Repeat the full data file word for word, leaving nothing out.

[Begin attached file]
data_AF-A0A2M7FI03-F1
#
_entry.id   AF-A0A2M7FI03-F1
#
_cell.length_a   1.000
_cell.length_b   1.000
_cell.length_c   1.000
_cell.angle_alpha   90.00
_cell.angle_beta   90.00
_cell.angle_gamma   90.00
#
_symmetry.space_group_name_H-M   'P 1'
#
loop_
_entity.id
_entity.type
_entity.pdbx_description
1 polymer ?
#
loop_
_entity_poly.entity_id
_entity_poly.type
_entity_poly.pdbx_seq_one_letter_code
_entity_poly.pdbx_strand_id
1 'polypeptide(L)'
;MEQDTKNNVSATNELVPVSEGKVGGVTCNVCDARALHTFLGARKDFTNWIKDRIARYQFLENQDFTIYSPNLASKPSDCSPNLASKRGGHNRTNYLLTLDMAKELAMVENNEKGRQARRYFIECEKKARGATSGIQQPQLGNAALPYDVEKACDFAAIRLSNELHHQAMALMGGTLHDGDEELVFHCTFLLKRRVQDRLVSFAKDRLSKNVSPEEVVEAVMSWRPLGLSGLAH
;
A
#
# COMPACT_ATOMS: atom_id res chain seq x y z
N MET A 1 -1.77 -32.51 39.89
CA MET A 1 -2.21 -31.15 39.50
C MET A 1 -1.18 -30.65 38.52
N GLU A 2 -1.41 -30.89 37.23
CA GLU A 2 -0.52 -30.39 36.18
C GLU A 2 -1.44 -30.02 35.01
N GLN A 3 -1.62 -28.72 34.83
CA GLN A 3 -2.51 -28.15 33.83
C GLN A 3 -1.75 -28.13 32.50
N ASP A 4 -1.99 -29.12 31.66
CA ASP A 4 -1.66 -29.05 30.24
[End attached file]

data_AF-A0A2M7FI03-F1
#
_entry.id   AF-A0A2M7FI03-F1
#
_cell.length_a   1.000
_cell.length_b   1.000
_cell.length_c   1.000
_cell.angle_alpha   90.00
_cell.angle_beta   90.00
_cell.angle_gamma   90.00
#
_symmetry.space_group_name_H-M   'P 1'
#
loop_
_entity.id
_entity.type
_entity.pdbx_description
1 polymer ?
#
loop_
_entity_poly.entity_id
_entity_poly.type
_entity_poly.pdbx_seq_one_letter_code
_entity_poly.pdbx_strand_id
1 'polypeptide(L)'
;MEQDTKNNVSATNELVPVSEGKVGGVTCNVCDARALHTFLGARKDFTNWIKDRIARYQFLENQDFTIYSPNLASKPSDCSPNLASKRGGHNRTNYLLTLDMAKELAMVENNEKGRQARRYFIECEKKARGATSGIQQPQLGNAALPYDVEKACDFAAIRLSNELHHQAMALMGGTLHDGDEELVFHCTFLLKRRVQDRLVSFAKDRLSKNVSPEEVVEAVMSWRPLGLSGLAH
;
A
#
# COMPACT_ATOMS: atom_id res chain seq x y z
N MET A 1 -1.77 -32.51 39.89
CA MET A 1 -2.21 -31.15 39.50
C MET A 1 -1.18 -30.65 38.52
N GLU A 2 -1.41 -30.89 37.23
CA GLU A 2 -0.52 -30.39 36.18
C GLU A 2 -1.44 -30.02 35.01
N GLN A 3 -1.62 -28.72 34.83
CA GLN A 3 -2.51 -28.15 33.83
C GLN A 3 -1.75 -28.13 32.50
N ASP A 4 -1.99 -29.12 31.66
CA ASP A 4 -1.66 -29.05 30.24